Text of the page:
FIGS. 3A-3C collectively depict a flowchart that illustrates a process of generating a database of certain circuit element and node characteristics and properties that my be utilized by the preferred embodiment of the present invention to identify nodes susceptible to floating;
FIG. 4 is a diagram illustrating a portion of a data structure for a circuit node within a netlist file;
FIG. 5 is a schematic diagram illustrating an inverter loop;
FIG. 6 is a schematic diagram illustrating a portion of a clock driver circuit;
FIG. 7 is a schematic diagram illustrating equivalent PFET and NFET configurations;
FIG. 8 is a flowchart illustrating a top-level functional operation of a system constructed in accordance with one aspect of the invention;
FIG. 9 is a flowchart illustrating the top-level functional operation of step 304 as shown in FIG. 8; and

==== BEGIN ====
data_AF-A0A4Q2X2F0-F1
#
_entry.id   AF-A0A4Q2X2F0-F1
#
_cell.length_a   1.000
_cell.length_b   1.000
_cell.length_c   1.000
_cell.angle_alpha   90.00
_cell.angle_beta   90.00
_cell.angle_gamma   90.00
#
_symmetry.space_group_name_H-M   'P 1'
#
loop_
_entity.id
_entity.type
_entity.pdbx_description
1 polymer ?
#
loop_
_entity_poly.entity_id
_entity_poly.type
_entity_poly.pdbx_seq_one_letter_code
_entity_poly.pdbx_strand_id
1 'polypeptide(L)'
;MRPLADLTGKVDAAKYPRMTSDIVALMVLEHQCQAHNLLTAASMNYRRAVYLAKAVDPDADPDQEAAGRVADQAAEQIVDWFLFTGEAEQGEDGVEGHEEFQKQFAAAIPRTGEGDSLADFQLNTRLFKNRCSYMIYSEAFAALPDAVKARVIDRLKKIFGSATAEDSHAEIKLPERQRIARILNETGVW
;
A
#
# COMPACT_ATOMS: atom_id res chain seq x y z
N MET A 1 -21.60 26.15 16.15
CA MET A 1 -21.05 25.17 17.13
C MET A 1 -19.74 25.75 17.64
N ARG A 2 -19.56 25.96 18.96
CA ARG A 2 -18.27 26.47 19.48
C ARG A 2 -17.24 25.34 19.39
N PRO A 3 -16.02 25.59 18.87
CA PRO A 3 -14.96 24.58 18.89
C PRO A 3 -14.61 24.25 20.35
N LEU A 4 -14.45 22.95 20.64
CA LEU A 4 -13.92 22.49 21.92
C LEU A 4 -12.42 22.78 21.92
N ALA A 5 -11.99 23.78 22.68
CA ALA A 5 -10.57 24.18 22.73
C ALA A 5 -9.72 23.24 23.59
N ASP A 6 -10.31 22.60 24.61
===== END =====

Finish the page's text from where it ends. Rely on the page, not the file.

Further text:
FIG. 10 is a block diagram illustrating certain fundamental code segments comprising a system constructed in accordance with the invention.
Having summarized various aspects of the present invention, reference will now be made in detail to the description of the invention as illustrated in the drawings. While the invention will be described in connection with these drawings, there is no intent to limit it to the embodiment or embodiments disclosed therein. On the contrary, the intent is to cover all alternatives, modifications and equivalents included within the spirit and scope of the invention as defined by the appended claims.